At 5am on the morning of 13 February 1692, government troops who had been billeted for two weeks with the MacDonalds of Glencoe turned on their hosts and massacred them. 38 MacDonald men, women and children were killed by the troops, and perhaps twice as many more died of wounds and exposure while trying to escape through the wintry mountains in the days that followed.
The Glencoe Massacre is without doubt the most infamous single incident in highland history. This is a history which for centuries had been marked by inter-clan warfare and a long list of atrocities which, simply in terms of numbers of deaths, often exceeded Glencoe. Two things mark out the Glencoe Massacre as exceptional. The first was the fact that the killers had been living with their victims for two weeks prior to the action, and this was generally seen as a breach of one of the fundamental tenets of highland society: that hospitality was freely given and never abused. The second thing to set Glencoe apart from earlier massacres was that it was committed as a deliberate act by the government of the day as a means of making an example of a clan who had few friends and many enemies: it was not, as some continue to believe, just another episode in the long conflict between the MacDonalds and the Campbells.
John Sadler's "Glencoe" presents an exceptionally fine analysis of the massacre, looking in detail at the each of the key actors in the tragedy and at the various elements in the very fluid political background. He concludes that the cause of the massacre was a series of reinterpretations of orders approved by the King to punish the MacDonalds that, largely thanks to the Secretary of State for Scotland, Sir John Dalrymple, 1st Earl of Stair, and Lieutenant Colonel James Hamilton, ended up as explicit instructions to massacre them.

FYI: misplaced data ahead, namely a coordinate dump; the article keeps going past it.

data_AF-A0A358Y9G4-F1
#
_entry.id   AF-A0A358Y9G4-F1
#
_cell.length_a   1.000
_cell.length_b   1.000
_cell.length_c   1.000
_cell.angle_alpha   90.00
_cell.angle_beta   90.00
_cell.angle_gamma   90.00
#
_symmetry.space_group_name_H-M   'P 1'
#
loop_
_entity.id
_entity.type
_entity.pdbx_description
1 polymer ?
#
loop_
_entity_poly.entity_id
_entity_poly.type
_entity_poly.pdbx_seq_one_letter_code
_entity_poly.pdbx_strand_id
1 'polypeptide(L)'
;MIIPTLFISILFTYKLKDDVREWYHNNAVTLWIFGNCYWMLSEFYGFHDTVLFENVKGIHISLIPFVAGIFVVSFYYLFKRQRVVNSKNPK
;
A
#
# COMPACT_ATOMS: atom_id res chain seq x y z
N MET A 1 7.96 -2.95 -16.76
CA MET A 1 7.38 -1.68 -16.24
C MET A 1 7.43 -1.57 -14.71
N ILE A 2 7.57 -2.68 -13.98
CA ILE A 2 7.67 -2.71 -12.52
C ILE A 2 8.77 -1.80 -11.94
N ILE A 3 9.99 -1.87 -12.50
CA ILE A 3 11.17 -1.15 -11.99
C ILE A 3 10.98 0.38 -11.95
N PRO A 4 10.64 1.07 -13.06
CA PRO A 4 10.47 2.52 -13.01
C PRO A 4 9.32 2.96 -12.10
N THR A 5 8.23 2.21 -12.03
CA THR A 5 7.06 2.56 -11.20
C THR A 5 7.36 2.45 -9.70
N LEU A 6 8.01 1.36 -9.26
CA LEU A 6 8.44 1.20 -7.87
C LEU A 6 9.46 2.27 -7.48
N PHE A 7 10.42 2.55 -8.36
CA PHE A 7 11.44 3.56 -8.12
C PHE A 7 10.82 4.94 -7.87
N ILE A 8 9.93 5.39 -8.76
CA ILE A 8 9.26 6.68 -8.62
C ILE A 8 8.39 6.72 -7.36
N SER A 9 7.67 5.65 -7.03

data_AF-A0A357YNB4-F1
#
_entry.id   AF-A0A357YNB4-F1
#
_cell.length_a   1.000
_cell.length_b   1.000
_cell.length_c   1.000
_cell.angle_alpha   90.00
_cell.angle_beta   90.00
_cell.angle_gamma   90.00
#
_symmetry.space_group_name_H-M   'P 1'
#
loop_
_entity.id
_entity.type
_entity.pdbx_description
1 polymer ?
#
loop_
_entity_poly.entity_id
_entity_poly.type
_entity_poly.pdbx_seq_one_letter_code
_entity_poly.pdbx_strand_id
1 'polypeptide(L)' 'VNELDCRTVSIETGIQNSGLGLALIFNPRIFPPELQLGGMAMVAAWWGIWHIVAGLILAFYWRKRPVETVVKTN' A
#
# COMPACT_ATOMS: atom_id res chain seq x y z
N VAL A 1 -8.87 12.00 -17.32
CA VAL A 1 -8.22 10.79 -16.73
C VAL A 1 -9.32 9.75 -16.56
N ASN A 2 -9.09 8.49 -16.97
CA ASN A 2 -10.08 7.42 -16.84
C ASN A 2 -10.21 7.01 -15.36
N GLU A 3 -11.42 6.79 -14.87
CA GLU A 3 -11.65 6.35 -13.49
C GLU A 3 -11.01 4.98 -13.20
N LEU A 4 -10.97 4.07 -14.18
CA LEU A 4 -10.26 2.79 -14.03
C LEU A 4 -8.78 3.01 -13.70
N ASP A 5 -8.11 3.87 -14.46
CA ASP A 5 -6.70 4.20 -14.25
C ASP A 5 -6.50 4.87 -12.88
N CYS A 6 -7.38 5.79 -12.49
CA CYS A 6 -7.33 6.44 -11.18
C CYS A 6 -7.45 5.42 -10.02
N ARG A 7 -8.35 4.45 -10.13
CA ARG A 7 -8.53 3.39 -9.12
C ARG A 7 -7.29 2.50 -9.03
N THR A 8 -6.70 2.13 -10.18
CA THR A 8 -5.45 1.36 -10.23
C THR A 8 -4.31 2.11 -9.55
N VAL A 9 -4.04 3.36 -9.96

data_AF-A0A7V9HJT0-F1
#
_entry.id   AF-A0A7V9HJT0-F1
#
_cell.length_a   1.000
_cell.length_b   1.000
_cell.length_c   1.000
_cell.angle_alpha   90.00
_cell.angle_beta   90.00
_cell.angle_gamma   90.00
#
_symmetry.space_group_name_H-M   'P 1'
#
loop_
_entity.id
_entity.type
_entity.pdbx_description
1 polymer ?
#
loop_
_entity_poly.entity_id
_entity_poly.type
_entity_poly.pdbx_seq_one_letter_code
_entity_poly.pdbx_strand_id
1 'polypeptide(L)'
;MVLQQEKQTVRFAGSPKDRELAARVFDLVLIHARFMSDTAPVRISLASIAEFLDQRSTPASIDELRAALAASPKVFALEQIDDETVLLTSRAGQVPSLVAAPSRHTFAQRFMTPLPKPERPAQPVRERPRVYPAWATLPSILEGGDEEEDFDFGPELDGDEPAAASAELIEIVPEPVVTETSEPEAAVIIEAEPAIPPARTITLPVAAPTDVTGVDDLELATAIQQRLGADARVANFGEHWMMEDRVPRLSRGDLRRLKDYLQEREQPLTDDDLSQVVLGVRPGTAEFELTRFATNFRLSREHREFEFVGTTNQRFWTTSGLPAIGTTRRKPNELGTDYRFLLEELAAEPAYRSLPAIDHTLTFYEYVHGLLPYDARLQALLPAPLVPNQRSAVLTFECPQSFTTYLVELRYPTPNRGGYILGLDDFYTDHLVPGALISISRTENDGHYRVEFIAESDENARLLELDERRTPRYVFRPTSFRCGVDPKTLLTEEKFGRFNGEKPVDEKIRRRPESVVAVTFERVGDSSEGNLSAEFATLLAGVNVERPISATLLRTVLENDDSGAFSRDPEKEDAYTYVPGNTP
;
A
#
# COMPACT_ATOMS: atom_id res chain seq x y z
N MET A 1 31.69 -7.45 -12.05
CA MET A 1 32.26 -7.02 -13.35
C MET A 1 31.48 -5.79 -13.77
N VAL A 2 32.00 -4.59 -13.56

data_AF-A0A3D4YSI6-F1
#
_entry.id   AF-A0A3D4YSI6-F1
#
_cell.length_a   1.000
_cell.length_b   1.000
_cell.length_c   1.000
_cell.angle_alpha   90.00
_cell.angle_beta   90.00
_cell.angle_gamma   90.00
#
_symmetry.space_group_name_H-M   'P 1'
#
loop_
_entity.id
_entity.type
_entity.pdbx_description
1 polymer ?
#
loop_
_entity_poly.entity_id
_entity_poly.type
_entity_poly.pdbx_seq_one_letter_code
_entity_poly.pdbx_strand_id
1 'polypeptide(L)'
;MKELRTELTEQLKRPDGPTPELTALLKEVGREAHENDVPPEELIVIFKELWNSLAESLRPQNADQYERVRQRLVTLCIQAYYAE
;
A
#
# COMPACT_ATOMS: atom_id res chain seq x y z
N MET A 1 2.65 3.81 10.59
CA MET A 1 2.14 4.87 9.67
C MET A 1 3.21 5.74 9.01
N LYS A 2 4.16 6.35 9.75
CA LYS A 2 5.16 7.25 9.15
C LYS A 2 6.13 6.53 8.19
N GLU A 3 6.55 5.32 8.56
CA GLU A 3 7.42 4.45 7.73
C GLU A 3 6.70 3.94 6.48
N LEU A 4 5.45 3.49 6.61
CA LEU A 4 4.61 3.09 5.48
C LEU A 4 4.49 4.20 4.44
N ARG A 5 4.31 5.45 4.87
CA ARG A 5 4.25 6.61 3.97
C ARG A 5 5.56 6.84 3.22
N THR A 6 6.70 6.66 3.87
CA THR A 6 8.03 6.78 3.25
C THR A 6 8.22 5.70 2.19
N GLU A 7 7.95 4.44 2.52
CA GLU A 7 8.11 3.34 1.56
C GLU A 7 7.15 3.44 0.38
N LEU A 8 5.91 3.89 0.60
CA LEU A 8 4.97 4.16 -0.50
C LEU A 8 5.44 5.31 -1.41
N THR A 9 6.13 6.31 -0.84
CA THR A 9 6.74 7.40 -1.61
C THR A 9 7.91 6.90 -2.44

The book's approach means the reader moves backwards and forwards through history as the different strands are pursued, but all this is put aside when the story reaches the point at which the troops arrive in Glencoe. The reader knows what is going to happen next, as do some of the officers enjoying their hosts' hospitality, and the account takes on the tension of a thriller as it moves inevitably towards its horrific conclusion.